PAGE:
After a battle with complications from Parkinson’s disease, former Utah Jazz head coach Jerry Sloan has passed away at age 78.
On Friday morning, the Utah Jazz announced former head coach Jerry Sloan has passed away due to complications from Parkinson’s disease and Lewy body dementia. He was 78 years old.
Sloan was head coach of the Jazz for 23 seasons from 1988-2011, with a 1,127-682 regular season record (.623 winning percentage), 96 playoff wins and back-to-back NBA Finals appearances in 1997 and 1998. He was also head coach of the Chicago Bulls, the team he spent most of his playing career with, for three seasons (1979-1982).
At the time of his retirement, Sloan was the longest-tenured coach with one franchise in all of major sports. During his run as the Jazz coach, the rest of the NBA made 245 coaching changes.
Sloan is fourth all-time in regular season coaching wins with 1,221, and he has the second-most wins with one team (Gregg Popovich has passed him in both categories since his retirement) along with a .603 overall winning percentage. He led the Jazz to 16 straight winning seasons, 13 50-win seasons and seven division titles. Sloan was inducted into the Hall of Fame in 2009.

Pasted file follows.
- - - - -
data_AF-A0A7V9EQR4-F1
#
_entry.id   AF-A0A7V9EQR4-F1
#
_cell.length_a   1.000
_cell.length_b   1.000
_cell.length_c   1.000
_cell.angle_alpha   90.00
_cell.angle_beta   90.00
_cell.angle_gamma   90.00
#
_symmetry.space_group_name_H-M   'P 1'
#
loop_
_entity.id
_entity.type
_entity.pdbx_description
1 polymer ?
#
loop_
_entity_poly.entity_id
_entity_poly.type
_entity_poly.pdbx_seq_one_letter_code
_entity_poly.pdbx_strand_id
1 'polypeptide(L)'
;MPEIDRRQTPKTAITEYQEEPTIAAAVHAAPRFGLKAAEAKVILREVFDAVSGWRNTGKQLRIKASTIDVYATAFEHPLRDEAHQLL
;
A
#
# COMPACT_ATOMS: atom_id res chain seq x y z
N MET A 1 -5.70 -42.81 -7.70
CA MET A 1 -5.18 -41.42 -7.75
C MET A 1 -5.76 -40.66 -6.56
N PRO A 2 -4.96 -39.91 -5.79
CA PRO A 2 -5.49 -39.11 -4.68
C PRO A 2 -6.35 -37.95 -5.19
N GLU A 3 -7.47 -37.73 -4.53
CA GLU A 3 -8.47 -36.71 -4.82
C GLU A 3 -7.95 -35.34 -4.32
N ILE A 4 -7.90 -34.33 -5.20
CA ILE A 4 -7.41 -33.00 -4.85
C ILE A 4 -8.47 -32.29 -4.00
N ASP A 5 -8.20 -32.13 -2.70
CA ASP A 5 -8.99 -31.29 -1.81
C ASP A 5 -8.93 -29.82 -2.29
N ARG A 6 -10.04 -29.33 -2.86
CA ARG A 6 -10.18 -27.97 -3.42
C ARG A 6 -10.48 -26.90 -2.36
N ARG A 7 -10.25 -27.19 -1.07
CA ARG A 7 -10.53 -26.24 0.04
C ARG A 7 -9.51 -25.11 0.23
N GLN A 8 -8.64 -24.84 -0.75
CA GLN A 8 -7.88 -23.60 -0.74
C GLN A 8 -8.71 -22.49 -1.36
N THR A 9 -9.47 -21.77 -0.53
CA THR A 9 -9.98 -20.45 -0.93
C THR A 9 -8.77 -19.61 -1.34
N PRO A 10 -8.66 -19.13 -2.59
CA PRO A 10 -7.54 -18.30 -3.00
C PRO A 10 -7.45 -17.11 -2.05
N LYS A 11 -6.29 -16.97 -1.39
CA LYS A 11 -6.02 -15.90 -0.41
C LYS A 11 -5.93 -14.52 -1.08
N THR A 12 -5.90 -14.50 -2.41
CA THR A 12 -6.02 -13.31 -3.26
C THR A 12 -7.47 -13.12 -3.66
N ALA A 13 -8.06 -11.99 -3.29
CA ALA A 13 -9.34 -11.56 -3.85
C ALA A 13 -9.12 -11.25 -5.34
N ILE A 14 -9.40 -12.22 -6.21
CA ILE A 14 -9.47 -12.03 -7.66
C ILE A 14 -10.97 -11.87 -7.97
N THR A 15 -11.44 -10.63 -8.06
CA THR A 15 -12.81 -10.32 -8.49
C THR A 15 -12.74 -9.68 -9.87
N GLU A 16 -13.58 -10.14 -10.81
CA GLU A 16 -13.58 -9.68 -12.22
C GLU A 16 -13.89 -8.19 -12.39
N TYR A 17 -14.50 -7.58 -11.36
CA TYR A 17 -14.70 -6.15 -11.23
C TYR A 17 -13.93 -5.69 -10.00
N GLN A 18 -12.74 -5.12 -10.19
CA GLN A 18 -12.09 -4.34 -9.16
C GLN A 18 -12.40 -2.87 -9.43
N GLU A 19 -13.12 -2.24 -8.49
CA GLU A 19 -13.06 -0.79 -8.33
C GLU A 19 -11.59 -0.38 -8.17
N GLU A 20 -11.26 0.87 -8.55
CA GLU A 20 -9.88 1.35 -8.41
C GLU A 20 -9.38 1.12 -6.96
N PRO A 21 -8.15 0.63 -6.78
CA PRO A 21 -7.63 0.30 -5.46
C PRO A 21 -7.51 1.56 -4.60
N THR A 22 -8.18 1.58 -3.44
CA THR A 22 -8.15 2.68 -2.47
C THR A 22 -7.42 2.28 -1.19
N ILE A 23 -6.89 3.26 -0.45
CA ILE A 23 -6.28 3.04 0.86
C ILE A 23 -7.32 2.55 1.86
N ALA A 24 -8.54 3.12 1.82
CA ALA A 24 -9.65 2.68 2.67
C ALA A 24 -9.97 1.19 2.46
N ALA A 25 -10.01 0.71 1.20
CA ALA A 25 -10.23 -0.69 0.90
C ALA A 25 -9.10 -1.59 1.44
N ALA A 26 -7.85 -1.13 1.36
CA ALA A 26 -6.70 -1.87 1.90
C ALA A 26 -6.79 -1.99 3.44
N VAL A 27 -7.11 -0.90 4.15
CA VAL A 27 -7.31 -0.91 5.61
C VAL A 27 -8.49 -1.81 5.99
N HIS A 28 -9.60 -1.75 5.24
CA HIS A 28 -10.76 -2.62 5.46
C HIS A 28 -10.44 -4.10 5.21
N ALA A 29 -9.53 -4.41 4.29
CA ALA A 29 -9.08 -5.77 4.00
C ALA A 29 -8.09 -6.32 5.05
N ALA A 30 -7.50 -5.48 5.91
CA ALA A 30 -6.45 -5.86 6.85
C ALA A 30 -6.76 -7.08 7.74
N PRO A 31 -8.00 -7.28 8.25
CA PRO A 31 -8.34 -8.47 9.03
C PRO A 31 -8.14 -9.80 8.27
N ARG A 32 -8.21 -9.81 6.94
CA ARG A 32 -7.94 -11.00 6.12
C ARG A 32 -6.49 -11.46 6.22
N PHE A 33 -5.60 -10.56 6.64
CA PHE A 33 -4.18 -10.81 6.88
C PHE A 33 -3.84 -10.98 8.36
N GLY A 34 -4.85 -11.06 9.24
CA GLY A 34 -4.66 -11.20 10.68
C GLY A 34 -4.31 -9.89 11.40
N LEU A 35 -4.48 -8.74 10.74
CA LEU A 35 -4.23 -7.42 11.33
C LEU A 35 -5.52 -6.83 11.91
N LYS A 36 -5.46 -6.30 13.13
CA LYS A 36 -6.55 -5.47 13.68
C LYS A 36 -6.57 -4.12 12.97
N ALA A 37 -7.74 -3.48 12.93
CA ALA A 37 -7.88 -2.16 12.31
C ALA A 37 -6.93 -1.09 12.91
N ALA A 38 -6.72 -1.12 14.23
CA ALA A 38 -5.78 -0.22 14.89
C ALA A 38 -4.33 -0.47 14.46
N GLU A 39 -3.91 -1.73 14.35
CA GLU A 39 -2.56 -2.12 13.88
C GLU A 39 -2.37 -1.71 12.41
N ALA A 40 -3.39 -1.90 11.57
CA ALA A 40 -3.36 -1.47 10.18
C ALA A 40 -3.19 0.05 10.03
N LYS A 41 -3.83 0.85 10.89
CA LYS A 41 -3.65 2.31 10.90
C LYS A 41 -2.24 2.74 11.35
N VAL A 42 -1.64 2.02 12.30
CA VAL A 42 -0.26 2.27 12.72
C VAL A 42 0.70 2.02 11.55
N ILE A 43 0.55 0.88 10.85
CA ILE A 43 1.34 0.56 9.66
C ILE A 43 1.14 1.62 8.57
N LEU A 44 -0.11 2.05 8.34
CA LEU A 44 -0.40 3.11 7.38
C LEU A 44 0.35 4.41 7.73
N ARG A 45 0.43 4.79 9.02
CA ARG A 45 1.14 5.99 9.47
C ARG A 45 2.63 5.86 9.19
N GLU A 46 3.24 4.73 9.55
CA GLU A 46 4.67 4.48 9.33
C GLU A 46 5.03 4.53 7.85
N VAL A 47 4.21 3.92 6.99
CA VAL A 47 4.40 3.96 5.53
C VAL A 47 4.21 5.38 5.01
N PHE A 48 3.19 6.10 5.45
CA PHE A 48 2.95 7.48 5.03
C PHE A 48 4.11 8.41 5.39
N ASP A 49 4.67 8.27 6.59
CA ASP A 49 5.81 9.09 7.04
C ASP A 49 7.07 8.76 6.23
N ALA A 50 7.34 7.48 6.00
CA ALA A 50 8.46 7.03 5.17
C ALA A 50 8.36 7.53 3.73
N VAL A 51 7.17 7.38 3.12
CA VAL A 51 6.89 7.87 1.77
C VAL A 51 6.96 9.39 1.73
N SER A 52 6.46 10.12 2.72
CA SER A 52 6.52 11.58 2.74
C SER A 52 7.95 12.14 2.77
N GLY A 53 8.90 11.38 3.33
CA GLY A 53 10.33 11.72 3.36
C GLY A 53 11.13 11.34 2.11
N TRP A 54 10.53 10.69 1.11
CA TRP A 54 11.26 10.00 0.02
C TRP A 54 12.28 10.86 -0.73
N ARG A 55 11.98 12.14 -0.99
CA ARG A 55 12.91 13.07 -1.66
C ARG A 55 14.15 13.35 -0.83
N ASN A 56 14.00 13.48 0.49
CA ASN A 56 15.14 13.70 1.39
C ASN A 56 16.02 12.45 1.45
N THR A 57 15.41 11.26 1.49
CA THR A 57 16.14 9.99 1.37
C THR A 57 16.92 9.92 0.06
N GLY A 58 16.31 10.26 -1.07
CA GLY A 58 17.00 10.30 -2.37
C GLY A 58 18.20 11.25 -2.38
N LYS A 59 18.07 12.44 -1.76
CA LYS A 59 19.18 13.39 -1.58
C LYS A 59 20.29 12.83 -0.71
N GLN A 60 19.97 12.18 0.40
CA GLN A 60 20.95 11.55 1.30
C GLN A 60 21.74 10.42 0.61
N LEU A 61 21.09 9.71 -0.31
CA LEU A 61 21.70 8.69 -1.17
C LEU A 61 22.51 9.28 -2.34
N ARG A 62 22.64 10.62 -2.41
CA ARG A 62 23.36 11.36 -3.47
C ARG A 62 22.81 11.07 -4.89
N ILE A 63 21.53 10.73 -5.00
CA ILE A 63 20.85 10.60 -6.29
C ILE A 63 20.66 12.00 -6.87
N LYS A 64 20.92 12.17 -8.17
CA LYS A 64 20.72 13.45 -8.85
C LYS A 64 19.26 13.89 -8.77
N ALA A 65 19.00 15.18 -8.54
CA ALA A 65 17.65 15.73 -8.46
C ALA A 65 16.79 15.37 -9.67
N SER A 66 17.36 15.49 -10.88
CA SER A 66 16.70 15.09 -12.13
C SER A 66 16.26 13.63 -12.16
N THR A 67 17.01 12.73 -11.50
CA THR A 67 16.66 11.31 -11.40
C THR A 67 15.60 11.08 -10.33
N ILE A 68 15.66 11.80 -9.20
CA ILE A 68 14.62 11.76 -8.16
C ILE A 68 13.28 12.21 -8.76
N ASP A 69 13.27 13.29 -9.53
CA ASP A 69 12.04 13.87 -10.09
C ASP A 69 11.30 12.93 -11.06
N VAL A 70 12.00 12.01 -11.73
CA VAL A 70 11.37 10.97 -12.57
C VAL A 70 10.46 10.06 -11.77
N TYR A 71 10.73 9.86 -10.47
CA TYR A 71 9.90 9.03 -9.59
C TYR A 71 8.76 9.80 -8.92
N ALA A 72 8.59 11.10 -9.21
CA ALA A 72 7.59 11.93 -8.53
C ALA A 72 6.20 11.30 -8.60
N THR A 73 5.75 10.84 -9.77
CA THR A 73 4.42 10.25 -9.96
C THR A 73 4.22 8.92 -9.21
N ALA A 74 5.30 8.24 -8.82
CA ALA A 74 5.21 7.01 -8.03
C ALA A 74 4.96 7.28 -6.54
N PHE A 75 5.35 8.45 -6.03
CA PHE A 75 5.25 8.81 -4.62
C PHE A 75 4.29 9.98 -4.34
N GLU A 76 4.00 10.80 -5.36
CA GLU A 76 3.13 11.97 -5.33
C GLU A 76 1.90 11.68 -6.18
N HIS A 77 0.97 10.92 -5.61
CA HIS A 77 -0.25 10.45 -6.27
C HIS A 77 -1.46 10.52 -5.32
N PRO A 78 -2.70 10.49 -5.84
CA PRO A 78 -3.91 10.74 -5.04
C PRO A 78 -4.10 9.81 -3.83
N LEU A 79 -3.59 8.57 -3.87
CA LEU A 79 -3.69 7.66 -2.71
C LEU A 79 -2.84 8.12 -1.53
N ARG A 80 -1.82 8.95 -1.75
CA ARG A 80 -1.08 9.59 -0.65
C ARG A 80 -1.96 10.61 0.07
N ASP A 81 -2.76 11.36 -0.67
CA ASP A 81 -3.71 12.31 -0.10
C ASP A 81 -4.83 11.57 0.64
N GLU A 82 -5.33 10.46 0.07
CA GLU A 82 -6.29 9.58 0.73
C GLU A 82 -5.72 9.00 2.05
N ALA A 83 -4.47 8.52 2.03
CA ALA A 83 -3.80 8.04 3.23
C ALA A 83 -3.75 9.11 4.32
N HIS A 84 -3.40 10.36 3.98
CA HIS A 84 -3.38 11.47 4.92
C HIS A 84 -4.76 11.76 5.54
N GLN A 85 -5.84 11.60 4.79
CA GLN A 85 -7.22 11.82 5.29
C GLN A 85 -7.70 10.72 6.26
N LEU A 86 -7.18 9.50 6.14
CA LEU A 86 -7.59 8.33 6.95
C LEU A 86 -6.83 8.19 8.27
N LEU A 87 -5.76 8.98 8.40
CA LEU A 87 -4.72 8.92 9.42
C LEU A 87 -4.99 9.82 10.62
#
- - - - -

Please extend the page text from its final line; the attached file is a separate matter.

Sloan had been battling Parkinson’s and dementia since 2016. Just this week on a 90’s reunion Zoom call, former Jazz forward Karl Malone said his former coach was not doing well.
“I need to say this because I know that (John) Stockton and I have been talking a lot recently,” Malone said. “Coach (Jerry) Sloan is not doing well, so I want you guys to pray for Coach Sloan.”
Sloan has a banner next to some of his former Jazz players in the team’s home arena, and he was the first player in Bulls’ history to have his number retired when his No. 4 went in the rafters in 1978.